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Open Access Highly Accessed Research article

Increased frequency of circulating IL-21 producing Th-cells in patients with granulomatosis with polyangiitis (GPA)

Wayel H Abdulahad1*, Nikola Lepse2, Coen A Stegeman3, Minke G Huitema1, Berber Doornbos-van der Meer1, Henko Tadema1, Abraham Rutgers1, Pieter C Limburg4, Cees GM Kallenberg1 and Peter Heeringa2

Author Affiliations

1 Department of Rheumatology and Clinical Immunology, University of Groningen, University Medical Center Groningen, Hanzeplein 1, 9713 GZ, Groningen, The Netherlands

2 Department of Pathology and Medical Biology, University of Groningen, University Medical Center Groningen, Hanzeplein 1, 9713 GZ, Groningen, The Netherlands

3 Department of Nephrology, University of Groningen, University Medical Center Groningen, Hanzeplein 1, 9713 GZ, Groningen, The Netherlands

4 Department of Laboratory Medicine, University of Groningen, University Medical Center Groningen, Hanzeplein 1, 9713 GZ, Groningen, The Netherlands

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Arthritis Research & Therapy 2013, 15:R70  doi:10.1186/ar4247


The electronic version of this article is the complete one and can be found online at: http://arthritis-research.com/content/15/3/R70


Received:16 January 2013
Revisions received:26 April 2013
Accepted:24 June 2013
Published:24 June 2013

© 2013 Abdulahad et al.; licensee BioMed Central Ltd.

This is an open access article distributed under the terms of the Creative Commons Attribution License (http://creativecommons.org/licenses/by/2.0), which permits unrestricted use, distribution, and reproduction in any medium, provided the original work is properly cited.

Abstract

Introduction

The present study aimed to explore a possible role for IL-21 producing Th-cells in the immunopathogenesis of granulomatosis with polyangiitis (GPA).

Methods

Peripheral blood from 42 GPA patients in remission and 29 age-matched healthy controls (HCs) were stimulated in vitro, and the frequencies of IL-21 producing Th-cells were determined by flow cytometry. Since Th17-cells produce a low level of IL-21, IL-17 was also included in the analysis. Given that IL-21 is a hallmark cytokine for T follicular helper cells (TFH), we next evaluated the expression of their key transcription factor BCL-6 by RT-PCR and flow cytometry. To investigate the effect of IL-21 on autoantibody-production, PBMCs from GPA patients were stimulated in vitro with BAFF/IL-21 and total IgG and ANCA levels were measured in supernatants. In addition, the expression of IL-21-receptor on B-cells was analyzed.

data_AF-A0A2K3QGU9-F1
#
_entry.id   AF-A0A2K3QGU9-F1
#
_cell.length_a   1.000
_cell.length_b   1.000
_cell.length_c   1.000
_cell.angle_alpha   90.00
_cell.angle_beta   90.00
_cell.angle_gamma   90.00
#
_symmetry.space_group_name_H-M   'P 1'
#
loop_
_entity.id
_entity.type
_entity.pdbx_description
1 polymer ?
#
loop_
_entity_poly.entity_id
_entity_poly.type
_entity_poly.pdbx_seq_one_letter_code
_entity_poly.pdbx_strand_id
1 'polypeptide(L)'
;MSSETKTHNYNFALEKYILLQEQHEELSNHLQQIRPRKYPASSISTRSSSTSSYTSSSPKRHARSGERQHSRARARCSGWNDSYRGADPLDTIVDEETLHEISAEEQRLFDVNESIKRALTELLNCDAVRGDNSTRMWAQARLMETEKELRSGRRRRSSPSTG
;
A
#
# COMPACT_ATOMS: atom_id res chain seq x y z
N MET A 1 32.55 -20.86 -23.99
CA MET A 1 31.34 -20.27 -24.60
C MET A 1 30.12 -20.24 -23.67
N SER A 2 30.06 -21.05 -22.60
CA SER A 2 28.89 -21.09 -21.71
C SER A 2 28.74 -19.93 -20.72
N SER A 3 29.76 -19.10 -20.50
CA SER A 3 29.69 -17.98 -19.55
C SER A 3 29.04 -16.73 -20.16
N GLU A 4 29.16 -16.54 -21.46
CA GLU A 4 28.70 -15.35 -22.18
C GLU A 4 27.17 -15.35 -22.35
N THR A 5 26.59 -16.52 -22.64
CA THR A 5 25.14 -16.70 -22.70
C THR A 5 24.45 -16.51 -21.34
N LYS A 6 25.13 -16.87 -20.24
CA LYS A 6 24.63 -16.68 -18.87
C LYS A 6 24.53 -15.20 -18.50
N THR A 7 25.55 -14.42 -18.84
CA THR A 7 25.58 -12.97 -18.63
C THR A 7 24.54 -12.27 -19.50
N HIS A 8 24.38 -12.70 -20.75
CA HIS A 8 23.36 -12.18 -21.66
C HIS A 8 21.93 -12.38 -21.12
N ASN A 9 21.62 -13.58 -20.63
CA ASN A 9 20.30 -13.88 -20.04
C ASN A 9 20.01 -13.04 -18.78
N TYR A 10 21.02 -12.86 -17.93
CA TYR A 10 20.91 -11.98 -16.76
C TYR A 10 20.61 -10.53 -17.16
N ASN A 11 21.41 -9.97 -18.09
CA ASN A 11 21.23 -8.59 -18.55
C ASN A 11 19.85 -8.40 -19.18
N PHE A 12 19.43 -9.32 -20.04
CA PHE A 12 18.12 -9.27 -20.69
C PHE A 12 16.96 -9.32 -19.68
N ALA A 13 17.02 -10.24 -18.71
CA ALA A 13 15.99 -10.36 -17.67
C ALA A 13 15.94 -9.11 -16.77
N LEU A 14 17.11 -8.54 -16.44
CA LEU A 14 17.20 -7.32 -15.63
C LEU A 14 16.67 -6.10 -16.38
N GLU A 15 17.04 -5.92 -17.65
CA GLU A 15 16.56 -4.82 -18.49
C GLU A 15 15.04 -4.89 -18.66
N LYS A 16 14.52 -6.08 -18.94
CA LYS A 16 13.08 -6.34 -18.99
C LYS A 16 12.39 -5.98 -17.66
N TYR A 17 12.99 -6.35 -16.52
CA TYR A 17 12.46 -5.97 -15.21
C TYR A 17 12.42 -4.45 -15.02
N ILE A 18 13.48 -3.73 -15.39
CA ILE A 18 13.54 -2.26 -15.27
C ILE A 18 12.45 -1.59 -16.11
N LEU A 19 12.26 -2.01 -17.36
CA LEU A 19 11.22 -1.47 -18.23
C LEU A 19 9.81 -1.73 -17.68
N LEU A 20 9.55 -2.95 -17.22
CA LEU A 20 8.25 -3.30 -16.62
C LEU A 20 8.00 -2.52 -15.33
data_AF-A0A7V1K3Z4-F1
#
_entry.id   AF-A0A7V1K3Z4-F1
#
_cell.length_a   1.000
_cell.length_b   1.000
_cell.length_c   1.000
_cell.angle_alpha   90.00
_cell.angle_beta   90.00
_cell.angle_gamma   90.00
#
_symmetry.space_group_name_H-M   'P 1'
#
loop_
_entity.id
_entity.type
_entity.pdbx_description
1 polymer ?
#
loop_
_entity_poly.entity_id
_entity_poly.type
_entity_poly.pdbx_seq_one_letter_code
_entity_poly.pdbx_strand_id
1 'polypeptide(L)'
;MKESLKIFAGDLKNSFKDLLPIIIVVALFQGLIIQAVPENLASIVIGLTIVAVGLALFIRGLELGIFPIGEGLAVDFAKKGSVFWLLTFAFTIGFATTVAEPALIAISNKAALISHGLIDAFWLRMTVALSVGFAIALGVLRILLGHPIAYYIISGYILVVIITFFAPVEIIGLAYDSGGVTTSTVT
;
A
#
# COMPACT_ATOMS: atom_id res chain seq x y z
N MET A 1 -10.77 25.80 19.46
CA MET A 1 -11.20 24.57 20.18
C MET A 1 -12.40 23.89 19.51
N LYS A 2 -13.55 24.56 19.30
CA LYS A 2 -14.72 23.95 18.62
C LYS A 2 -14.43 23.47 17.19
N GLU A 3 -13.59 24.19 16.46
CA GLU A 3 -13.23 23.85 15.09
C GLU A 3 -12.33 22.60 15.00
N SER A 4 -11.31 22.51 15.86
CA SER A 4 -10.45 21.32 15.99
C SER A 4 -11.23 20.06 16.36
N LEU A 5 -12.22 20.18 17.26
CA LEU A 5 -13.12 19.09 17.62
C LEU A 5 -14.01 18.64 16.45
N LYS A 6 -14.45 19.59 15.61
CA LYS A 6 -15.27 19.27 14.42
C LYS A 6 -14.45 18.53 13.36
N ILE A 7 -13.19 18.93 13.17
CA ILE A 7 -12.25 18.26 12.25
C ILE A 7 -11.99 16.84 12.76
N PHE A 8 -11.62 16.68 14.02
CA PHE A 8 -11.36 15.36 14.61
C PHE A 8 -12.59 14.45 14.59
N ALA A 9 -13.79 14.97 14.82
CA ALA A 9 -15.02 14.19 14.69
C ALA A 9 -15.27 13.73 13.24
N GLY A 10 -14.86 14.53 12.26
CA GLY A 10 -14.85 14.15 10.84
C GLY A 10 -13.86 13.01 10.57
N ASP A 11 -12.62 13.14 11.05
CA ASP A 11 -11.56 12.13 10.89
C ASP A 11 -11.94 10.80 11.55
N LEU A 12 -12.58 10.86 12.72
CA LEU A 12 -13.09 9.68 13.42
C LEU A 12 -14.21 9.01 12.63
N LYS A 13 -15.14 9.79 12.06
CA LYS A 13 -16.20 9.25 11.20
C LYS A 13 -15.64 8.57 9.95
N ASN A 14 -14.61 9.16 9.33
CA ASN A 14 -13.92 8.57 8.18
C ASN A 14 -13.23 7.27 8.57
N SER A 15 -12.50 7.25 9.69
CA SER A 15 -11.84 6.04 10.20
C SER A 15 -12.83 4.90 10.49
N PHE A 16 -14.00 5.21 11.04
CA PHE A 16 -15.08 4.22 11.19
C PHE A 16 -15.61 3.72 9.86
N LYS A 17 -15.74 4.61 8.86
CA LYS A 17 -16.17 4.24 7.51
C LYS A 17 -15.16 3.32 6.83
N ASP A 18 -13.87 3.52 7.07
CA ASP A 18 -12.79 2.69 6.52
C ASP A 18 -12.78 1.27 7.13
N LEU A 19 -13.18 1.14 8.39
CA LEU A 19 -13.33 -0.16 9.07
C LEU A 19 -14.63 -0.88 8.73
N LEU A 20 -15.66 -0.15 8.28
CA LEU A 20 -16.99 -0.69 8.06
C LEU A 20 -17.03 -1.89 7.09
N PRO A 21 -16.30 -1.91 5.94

Results

Percentages of IL-21 producing Th-cells were significantly elevated in GPA-patients compared to HCs, and were restricted to ANCA-positive patients. The expression of BCL-6 was significantly higher in ANCA-positive GPA-patients, as compared with ANCA-negative patients and HCs. IL-21 enhanced the production of IgG and ANCA in vitro in stimulated PBMCs from GPA patients. No difference was found in the expression of the IL-21-receptor on B-cells between ANCA-negative patients, ANCA-positive patients, and HCs.

Conclusion

The increased frequency of circulating IL-21 producing Th-cells in ANCA-positive GPA patients and the stimulating capacity of IL-21 on ANCA-production suggest a role for these cells in the immunopathogenesis of GPA. Blockade of IL-21 could constitute a new therapeutic strategy for GPA.

Introduction

Granulomatosis with polyangiitis (GPA) is an autoimmune vasculitis of small- to medium-sized blood vessels, associated with the presence of circulating anti-neutrophil cytoplasmic autoantibodies (ANCA) that are mainly directed against proteinase 3 [1-3]. Histopathologically, GPA is characterized by granulomatous inflammation and pauci-immune vasculitis, including necrotizing crescentic glomerulonephritis.